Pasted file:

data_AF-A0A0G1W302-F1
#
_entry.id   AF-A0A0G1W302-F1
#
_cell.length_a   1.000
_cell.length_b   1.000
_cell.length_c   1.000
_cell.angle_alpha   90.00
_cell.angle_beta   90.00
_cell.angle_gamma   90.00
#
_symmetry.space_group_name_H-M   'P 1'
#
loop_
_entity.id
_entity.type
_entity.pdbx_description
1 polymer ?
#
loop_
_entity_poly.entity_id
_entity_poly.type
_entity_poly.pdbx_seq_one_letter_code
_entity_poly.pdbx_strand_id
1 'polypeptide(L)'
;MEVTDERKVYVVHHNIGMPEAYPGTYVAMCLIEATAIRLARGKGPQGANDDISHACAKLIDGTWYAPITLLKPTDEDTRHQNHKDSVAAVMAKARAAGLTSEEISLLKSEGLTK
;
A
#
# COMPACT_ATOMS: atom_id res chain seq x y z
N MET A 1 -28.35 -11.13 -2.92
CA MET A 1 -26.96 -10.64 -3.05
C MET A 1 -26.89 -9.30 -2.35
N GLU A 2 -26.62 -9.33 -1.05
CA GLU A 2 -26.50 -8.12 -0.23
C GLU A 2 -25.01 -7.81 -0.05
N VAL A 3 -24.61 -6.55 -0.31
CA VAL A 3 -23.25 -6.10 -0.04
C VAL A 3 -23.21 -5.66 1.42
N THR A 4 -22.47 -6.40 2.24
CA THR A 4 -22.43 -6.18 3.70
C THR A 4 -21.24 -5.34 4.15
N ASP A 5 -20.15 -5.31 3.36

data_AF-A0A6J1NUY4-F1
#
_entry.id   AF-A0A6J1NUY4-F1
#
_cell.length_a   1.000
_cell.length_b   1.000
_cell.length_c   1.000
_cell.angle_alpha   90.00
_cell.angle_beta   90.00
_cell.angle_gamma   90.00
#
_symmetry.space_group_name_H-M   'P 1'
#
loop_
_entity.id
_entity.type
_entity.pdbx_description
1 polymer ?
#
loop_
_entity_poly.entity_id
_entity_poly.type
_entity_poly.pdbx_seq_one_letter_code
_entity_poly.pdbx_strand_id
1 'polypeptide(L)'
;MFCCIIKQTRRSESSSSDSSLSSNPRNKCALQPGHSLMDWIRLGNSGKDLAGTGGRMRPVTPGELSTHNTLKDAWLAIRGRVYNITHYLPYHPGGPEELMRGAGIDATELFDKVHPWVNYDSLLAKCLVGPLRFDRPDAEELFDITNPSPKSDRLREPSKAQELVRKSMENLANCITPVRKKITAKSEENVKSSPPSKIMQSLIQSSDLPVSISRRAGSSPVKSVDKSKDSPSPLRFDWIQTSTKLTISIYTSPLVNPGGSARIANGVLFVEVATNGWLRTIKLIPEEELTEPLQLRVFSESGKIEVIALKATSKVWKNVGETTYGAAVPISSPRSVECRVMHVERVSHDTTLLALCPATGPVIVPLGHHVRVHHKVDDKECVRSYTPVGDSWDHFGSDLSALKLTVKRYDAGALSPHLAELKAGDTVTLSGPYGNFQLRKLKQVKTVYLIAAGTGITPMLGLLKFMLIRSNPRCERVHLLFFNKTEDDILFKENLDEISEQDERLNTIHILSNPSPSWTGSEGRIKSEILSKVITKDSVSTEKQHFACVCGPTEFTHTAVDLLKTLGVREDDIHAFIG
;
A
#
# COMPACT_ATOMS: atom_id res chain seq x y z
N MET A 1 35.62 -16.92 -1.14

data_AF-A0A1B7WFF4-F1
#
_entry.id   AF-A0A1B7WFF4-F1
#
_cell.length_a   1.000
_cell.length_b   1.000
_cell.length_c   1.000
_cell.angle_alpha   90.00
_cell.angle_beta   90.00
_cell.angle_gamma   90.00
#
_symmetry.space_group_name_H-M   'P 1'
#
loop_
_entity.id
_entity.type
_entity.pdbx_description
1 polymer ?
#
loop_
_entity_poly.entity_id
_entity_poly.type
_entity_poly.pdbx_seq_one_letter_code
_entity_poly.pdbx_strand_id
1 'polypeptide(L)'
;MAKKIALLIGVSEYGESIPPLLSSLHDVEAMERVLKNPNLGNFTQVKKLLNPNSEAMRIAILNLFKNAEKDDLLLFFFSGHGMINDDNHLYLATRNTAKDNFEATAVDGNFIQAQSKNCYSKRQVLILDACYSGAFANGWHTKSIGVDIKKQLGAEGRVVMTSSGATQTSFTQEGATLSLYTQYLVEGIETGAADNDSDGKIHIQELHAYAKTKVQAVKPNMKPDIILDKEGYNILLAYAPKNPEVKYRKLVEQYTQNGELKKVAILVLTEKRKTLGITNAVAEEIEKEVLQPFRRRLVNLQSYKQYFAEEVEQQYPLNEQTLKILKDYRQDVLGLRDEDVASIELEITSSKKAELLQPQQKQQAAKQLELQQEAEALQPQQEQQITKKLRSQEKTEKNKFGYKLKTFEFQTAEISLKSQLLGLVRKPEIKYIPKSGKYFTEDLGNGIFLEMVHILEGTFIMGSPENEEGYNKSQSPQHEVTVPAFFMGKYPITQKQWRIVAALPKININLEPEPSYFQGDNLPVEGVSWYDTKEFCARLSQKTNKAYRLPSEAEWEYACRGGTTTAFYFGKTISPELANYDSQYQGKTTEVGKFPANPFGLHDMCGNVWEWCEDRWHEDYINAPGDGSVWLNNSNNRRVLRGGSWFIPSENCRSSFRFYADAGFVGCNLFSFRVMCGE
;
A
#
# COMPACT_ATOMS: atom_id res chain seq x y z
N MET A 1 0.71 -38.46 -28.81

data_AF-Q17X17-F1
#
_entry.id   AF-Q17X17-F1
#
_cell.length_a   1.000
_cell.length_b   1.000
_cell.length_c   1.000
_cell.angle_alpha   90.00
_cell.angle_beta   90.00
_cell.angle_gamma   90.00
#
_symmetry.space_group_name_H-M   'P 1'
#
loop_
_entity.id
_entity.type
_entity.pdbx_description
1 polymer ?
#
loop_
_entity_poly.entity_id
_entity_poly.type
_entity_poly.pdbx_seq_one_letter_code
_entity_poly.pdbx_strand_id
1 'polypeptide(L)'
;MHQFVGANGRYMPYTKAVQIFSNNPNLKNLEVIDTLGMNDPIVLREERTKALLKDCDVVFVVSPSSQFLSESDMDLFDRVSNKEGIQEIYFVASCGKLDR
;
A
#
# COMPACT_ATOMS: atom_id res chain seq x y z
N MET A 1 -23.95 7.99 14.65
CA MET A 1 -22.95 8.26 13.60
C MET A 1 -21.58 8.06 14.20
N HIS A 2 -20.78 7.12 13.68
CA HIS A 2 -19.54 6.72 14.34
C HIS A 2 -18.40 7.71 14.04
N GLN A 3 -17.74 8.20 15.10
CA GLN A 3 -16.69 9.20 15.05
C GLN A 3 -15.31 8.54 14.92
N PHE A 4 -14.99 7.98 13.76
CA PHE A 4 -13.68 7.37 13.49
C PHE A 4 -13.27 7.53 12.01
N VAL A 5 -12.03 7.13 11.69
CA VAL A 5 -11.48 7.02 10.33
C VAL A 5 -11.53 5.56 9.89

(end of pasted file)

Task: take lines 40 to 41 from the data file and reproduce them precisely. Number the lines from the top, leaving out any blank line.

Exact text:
N THR A 4 -22.47 -6.40 2.24
CA THR A 4 -22.43 -6.18 3.70